God chose this unknown and insignificant woman to take on the most important and dangerous task in human history. The God to whom Israel cried out in hope would become the leaven of a new creation, a new possibility for human history. God, through the angel Gabriel, proclaims the supreme truth that this woman, Mary of Nazareth, is highly favored with God. What the world rejects, God chooses! To the world she may appear useless, but to God she is the favored one called to this all too vital task. God does not impose the divine will upon her, but enters into a conversation with her. She, the one who is apparently nothing in the eyes of the world, is invited to become the mother of a Child who will be great, the Son of the Most High who will be a King and a Ruler forever.
This sudden announcement of exaltation does not make sense to her. The angelic proclamation seems totally impossible, even dangerous. Would it be a source of scandal to those who did not know the origins of her pregnancy? Would she be cast out of her community? Accused of infidelity? Yet, in the end, she freely accepts, and in the humanity of her womb the eternal Word of God becomes flesh. Through the “yes” of this simple and unknown woman of Nazareth the work of our redemption is begun. Mary has begun to discover her true dignity when she proclaims to her cousin Elizabeth that God has looked upon her lowliness, done great things for her, and that all generations will call her blessed (cf. Lk 1:46ff). And indeed, all generations will call her blessed—but not right away, not before the pain and agony of accompanying her Son through the Paschal Mystery, the Cross and Resurrection.
In her lifetime, Mary went though great suffering, yet throughout the life of Jesus she remained the ever-supporting mother accompanying her Son in his work. Even at the bitter end of the Cross, she was there. Her wounded heart pondered in great pain what all this cruelty could mean. Had all the promises of the angel been nothing but a grave deception? I’m sure the thought went through her mind, yet she remained by his side, just as she continues to accompany us with motherly compassion as we undergo our own trials and tribulations.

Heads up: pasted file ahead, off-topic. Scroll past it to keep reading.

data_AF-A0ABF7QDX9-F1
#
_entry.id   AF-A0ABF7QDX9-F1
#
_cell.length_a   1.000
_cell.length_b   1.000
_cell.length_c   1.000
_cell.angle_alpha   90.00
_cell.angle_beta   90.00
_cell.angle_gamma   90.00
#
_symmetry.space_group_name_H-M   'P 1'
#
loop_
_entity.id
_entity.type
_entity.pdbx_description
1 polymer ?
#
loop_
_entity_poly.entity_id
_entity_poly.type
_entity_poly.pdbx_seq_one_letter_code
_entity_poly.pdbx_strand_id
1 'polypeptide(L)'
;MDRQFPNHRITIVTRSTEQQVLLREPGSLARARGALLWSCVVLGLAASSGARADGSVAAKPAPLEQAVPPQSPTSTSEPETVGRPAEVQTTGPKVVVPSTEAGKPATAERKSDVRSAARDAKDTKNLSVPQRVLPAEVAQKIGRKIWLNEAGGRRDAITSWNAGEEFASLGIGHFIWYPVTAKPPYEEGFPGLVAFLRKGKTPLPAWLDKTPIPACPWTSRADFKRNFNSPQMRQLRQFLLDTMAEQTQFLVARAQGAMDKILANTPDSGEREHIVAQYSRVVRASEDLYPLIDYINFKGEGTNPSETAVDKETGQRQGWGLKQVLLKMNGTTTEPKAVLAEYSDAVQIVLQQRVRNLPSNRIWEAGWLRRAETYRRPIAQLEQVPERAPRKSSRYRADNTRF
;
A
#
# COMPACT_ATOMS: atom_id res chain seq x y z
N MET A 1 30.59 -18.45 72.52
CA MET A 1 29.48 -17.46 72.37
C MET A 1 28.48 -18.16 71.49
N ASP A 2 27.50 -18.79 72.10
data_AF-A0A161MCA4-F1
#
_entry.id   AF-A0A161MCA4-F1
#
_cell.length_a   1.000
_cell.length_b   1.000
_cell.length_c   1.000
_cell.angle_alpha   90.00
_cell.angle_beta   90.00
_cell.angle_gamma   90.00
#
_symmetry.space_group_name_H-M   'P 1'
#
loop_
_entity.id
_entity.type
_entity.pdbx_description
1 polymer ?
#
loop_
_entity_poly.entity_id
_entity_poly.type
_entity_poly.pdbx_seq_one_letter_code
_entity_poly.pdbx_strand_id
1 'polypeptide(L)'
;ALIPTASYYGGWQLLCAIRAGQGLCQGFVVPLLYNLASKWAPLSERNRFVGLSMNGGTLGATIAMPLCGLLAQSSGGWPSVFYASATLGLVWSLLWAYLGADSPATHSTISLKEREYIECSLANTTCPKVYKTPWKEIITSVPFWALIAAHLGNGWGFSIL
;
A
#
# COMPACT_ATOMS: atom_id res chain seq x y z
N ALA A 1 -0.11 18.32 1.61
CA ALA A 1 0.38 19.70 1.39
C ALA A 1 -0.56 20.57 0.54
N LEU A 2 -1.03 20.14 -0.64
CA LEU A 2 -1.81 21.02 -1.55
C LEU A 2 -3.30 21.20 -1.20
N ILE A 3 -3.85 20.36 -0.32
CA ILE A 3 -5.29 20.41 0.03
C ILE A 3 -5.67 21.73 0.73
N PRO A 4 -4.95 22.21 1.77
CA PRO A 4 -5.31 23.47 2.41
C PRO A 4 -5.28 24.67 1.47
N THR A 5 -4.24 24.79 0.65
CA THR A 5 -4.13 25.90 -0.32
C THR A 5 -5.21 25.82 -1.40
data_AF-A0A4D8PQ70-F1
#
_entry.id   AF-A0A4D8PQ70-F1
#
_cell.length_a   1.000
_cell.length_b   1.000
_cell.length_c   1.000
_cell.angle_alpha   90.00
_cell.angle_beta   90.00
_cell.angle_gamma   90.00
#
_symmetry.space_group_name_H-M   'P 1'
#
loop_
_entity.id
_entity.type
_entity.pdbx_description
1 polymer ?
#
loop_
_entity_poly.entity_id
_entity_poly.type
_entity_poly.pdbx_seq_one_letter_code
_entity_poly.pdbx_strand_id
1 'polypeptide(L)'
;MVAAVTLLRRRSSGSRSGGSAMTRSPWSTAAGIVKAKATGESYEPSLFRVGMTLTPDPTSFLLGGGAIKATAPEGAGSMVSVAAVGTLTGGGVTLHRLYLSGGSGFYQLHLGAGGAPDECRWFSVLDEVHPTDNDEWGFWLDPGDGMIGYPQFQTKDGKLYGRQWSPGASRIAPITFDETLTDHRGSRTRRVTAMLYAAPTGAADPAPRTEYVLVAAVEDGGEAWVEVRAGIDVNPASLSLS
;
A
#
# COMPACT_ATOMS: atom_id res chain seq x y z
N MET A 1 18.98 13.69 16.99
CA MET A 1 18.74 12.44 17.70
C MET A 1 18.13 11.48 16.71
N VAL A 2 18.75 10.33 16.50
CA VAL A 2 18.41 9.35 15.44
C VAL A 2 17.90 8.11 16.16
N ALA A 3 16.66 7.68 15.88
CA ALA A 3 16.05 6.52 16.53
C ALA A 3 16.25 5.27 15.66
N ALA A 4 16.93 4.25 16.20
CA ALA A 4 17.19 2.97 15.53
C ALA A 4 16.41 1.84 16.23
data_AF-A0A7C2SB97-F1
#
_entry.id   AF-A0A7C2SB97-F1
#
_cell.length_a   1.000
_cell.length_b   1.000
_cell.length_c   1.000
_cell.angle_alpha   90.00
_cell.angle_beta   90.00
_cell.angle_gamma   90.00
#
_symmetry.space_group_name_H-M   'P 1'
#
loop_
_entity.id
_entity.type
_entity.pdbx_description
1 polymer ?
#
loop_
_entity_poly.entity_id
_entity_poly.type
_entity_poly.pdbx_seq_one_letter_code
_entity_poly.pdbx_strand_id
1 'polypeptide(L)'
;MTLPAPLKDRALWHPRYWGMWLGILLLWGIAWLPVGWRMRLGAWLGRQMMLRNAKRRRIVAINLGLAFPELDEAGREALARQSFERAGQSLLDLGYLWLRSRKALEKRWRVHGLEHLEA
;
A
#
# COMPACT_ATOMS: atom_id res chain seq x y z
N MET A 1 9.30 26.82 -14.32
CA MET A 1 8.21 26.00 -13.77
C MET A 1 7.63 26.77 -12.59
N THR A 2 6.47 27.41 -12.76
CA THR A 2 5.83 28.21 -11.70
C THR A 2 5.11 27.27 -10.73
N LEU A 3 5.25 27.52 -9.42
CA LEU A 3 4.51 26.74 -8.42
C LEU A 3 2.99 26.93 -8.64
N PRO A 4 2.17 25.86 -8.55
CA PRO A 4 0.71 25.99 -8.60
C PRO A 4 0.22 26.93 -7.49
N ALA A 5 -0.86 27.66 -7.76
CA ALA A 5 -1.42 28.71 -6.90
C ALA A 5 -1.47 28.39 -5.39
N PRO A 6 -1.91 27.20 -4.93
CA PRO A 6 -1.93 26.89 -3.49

The more we appreciate the humanity of Mary of Nazareth, the more she appears as an icon of great hope to all the dispossessed, insignificant, falsely accused, and downtrodden of the world. The more we appreciate the devastating lowliness connected to her social condition, the more powerful and revelatory the words of her Magnificat become. Her titles take on new signification and her designation as Queen of heaven and earth gives hope to all the powerless and exploited of the world. Mary continues to be a source of hope for all the “little ones” of the world—for just as God chose and elevated Mary, God will continue to uplift all the lowly people of today in surprising and unexpected ways.
For poor women and indeed all the marginal who look to Mary as an icon of hope, it is truly Good News that the one whom the world judged as lowly and worthless is now the Queen of heaven and earth. For those who trust in God, nothing is impossible!
Editors’ Note: This article originally appeared in Church Life: A Journal for the New Evangelization, volume 1, issue 1.
Featured Image: Assumption of Mary (St. Charles Senior Living Community; Carthagena, Ohio). Photo: Nheyob; CC-BY-SA-3.0.